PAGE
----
• Tone from the top. From day one, the firm’s senior management focused on the safety and well-being of our people. We kept the best interest of our employees’ top of mind, knowing that if we took care of our people, they in turn would take care of our internal and external clients. Our firm president has sent a message every week to the entire firm communicating clearly and transparently about our focus on health and safety, our progress, and plans for the future. This open communication has provided a substantial level of comfort and reassurance to our entire workforce. The frequency and transparency of these communications have percolated throughout the firm, with leaders in most of our internal teams following senior leadership’s example.

Some implications for the future

As many professional services firms continue WFH arrangements through the end of 2020, we will continue to learn, but I believe there are a few implications we can already anticipate, including:

• Post pandemic, many administrative and business services employees will seek to WFH for some part of their workweek. Having demonstrated they can manage a productive and efficient support structure in a WFH environment, professional services firms may decide to offer more flexibility and choice to employees about where they work. Some people may choose to return to the office; others will undoubtedly prefer to WFH when they can. Expect firms to consider alternative work arrangements as long as their team members continue to be productive and deliver the required level of client service and performance. While employees will probably have more choice about where they perform their individual tasks, coming together in the office will remain a key component of building and reinforcing firm culture and training. When employees come to the office, it will be for enhanced training, collaborating, and establishing and building personal relationships.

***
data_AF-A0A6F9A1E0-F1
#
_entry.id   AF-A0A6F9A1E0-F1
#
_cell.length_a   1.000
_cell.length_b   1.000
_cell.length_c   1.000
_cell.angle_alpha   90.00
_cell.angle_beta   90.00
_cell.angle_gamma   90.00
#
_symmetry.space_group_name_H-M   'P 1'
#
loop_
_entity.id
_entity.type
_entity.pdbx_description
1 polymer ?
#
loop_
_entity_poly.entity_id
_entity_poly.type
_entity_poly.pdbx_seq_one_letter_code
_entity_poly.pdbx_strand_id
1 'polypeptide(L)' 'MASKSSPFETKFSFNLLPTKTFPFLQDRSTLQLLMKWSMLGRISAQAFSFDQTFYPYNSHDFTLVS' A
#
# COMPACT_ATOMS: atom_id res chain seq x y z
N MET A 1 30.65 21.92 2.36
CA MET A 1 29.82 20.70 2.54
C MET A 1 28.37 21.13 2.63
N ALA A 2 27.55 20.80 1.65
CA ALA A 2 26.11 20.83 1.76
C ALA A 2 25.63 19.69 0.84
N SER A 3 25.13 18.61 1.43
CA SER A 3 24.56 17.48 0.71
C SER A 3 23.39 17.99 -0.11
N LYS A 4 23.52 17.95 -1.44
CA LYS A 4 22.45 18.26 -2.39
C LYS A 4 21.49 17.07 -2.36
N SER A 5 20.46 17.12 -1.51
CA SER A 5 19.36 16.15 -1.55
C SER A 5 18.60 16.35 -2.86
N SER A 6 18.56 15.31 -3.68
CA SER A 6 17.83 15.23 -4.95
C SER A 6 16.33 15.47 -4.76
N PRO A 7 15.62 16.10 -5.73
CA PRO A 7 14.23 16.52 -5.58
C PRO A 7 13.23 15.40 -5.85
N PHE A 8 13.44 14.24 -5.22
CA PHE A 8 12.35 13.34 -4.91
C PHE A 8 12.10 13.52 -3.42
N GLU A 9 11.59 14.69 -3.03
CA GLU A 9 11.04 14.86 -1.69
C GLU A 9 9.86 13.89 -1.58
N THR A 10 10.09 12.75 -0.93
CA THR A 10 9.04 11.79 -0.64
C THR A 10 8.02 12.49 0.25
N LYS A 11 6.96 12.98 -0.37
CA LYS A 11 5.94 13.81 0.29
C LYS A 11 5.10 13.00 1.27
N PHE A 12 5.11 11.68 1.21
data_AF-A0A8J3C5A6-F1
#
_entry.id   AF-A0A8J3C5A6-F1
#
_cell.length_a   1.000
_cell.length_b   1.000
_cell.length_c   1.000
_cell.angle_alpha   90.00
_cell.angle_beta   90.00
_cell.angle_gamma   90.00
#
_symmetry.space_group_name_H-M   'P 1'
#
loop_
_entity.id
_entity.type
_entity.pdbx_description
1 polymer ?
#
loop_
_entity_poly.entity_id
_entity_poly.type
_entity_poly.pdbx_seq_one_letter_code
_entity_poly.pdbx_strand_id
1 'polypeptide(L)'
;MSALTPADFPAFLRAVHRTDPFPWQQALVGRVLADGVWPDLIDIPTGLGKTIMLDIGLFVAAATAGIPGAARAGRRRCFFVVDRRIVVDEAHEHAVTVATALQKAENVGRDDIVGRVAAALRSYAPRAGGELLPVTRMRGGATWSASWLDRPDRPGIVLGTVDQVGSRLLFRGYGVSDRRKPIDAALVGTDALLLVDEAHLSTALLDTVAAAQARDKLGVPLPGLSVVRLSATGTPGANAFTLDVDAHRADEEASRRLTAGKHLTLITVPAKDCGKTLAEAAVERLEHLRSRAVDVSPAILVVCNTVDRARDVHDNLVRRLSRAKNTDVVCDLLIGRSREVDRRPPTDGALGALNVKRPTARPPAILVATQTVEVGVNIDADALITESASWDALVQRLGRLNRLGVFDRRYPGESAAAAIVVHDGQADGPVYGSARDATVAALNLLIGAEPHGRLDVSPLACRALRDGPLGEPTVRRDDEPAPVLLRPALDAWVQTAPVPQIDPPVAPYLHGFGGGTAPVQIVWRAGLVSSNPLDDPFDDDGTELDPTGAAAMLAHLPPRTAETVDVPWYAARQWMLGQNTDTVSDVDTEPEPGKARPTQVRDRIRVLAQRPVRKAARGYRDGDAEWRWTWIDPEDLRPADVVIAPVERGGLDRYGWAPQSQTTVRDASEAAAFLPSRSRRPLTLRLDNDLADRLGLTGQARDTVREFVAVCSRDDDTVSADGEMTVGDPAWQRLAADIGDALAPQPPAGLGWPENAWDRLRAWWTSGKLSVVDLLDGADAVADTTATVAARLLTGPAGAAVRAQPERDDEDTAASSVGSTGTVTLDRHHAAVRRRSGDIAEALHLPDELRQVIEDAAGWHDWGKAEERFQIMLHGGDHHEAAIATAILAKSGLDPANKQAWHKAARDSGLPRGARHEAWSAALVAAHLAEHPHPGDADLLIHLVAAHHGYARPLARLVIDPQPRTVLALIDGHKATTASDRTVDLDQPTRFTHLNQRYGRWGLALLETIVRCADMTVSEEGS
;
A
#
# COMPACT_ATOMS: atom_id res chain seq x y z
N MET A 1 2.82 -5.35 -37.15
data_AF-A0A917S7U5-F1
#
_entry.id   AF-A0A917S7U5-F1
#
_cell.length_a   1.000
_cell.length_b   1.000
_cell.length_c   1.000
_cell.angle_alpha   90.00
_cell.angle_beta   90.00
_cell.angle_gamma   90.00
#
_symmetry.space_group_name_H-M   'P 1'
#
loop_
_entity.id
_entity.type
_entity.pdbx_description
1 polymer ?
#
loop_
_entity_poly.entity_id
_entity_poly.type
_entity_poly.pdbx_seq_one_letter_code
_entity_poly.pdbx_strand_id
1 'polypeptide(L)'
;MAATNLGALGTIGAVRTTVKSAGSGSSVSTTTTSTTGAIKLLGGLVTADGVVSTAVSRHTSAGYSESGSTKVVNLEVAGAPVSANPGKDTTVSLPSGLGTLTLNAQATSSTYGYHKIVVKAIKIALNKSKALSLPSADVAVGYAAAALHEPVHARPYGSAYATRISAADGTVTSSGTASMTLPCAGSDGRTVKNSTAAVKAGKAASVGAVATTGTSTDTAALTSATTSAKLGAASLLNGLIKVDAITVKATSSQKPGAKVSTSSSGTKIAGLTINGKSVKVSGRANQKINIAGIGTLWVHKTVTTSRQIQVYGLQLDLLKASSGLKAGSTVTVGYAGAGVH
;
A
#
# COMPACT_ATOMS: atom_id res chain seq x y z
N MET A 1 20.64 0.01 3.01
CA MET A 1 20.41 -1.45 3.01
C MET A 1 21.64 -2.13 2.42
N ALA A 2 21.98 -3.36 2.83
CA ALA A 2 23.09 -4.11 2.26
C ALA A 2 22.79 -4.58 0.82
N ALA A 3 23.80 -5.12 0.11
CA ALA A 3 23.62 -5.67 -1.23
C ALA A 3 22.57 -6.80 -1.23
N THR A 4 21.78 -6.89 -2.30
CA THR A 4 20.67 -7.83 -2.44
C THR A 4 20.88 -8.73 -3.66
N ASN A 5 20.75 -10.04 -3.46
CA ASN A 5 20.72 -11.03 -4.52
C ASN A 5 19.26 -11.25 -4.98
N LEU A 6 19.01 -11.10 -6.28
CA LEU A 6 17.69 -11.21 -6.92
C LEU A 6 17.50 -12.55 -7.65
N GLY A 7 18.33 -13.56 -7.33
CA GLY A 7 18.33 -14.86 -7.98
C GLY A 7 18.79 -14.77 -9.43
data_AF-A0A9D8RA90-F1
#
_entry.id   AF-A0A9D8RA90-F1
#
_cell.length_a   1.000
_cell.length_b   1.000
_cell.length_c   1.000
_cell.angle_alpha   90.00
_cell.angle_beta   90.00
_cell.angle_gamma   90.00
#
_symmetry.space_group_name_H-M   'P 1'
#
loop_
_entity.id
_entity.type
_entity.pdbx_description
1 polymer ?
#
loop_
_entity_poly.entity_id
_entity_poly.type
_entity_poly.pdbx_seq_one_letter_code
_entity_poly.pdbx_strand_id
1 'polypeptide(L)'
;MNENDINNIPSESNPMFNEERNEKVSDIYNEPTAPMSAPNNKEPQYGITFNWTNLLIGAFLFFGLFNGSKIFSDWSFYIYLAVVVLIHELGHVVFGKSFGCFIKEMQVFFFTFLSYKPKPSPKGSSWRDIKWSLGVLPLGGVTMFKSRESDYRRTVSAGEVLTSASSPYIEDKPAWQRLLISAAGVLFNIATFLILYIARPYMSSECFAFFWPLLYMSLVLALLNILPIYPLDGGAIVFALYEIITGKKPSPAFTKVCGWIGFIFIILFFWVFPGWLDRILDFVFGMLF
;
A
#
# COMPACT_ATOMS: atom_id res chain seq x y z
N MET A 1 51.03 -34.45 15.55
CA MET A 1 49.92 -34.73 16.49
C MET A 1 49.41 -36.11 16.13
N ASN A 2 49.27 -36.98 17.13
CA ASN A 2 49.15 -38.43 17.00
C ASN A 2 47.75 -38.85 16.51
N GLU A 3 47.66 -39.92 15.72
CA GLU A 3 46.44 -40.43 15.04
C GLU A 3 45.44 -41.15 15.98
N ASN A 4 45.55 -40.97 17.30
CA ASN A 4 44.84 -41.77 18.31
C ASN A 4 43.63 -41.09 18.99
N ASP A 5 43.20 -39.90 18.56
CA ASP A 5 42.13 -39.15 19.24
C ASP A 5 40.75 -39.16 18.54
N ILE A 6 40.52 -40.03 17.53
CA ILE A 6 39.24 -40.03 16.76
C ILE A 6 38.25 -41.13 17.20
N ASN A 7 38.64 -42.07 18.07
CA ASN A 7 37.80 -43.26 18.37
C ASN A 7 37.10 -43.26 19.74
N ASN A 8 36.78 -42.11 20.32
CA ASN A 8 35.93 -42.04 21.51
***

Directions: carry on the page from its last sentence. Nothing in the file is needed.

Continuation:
• A corollary to WFH is anticipating the office of the future. While the need for less space may be obvious, the configuration of the office space is not. If hoteling reduces the need for dedicated individual offices and workstations, the need for state of the art collaboration and conferencing space will increase. Firms will want to make the in-office meeting experience exceptional in every way by using sophisticated technology to enhance attendee engagement, as well as the effectiveness of facilitators and speakers.

• Investment in IT will be more critical than ever.  Those firms prepared to take on the increased cash flow and expense burdens of greater investment in hardware and software will reap rich rewards in the future. Successful investments in IT hardware and software infrastructure and productivity tools have long lead times, with selection to implementation often lasting up to two+ years. Firms need to consider what their future operational environments will look like. This approach does not mean simply replicating current processes with updated software; firms now have an opportunity to anticipate their internal and external client needs and rethink how to deliver services to meet those future expectations. To paraphrase a sports metaphor, the challenge is to anticipate where our clients will be, not where they are today.

• The need for thoughtful and dynamic leadership is greater than ever. It is much more challenging to lead when many team members are remote than when most are in the office.  The burden of communicating more clearly, consistently, and intentionally falls on every level of firm management. While technology helps, particularly video conferencing and collaboration software, leadership—the act of inspiring people to reach new and more challenging goals—must supersede mere managing—the act of getting teams to accomplish an objective. The leadership of every team sets the tone, from the most senior management committee chair to the supervisors of our most junior employees. Every person responsible for overseeing the work of others must be engaged with their teams. They need to listen well, create an environment that welcomes and expects accountability, provide support and coaching, and think innovatively about the best ways to solve problems now and in the future.